Students dodge Uzbek cotton harvest 

Students dodge Uzbek cotton harvest 

Human Rights Watch (HRW) says that Uzbekistan has recalled some students from forced labour in its notorious cotton fields, but that more political will is needed to completely end the annual process. 

The Cotton Campaign, a global workers’ rights group, said university students, medics and teachers were allowed to leave the fields, but “other workers remained there involuntarily or faced extortion to pay workers to replace them if they left”.

In some areas, returning teachers were reportedly made to pay about US$40, half of their monthly wage, to hire a replacement worker.

“It is crucial for Uzbekistan’s international partners to urge the government to allow all involuntary workers to return from the fields without penalty, including being required to pay for someone else to work in their place, and to monitor and publicly report on findings,” Umida Niyazova, director of the Uzbek-German Forum for Human Rights, was quoted saying.

In the troubled Fergana region, officials told employers that refusal to participate in the harvest would be seen as an “anti-state action” and result in a tax inspection.

Uzbekistan, one of the world’s largest cotton exporters, stopped using child labour in 2015 under international pressure, including boycott campaigns.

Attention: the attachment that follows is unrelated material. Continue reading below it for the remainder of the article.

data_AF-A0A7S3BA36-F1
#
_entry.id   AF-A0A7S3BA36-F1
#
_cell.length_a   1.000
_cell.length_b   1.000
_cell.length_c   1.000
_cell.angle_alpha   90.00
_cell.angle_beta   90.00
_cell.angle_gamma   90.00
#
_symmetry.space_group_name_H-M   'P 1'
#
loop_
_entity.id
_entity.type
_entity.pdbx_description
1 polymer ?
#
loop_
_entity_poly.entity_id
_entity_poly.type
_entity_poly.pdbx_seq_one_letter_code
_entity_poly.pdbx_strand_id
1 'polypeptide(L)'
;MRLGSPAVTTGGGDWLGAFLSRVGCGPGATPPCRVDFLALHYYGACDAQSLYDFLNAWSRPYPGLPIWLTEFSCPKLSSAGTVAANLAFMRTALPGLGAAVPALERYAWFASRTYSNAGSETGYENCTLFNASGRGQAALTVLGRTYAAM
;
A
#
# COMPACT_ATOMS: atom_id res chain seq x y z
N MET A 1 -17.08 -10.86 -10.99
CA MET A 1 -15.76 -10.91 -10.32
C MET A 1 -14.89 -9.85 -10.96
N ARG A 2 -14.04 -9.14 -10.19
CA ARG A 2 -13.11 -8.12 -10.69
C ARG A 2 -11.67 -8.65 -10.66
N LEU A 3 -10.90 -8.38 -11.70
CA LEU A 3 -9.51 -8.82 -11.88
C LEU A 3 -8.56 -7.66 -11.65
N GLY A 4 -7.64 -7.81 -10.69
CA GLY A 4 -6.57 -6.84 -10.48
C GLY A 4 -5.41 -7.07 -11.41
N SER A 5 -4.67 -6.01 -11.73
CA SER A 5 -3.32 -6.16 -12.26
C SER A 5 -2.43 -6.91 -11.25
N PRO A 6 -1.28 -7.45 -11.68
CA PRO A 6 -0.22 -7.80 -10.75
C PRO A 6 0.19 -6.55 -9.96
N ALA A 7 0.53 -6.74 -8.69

But the Uzbek-German Forum’s independent monitors are also still forced to work in secret because multiple detentions and physical assaults occurred during recent harvests.

On September 21, Prime Minister Abdulla Aripov ordered the release of students, teachers and medics who had been picking under threat of punishment since the harvest began in mid-September.

An August decree had banned recruiting these professional categories but forced labour had reportedly continued regardless.

“Bringing students home from the fields is a significant change and shows the importance of political will in ending forced labour,” Niyazova explained.

President Shavkat Mirziyoev, who replaced dictator Islam Karimov after his death last September, is thought to be behind the reforms.

The president addressed forced labour in his speech to the UN General Assembly on September 19.

It was the first time public acknowledgement of the issue on the international stage, after prolonged lobbying by the Cotton Campaign and other groups. Forced labour was also raised in a meeting last month with World Bank president Jim Yong Kim.

“These positive steps should not obscure the persistence of forced labour in the current cotton harvest, or the continuing threats against activists trying to monitor the situation,” HRW said.

Picking cotton is arduous. Picture credit: Wikimedia

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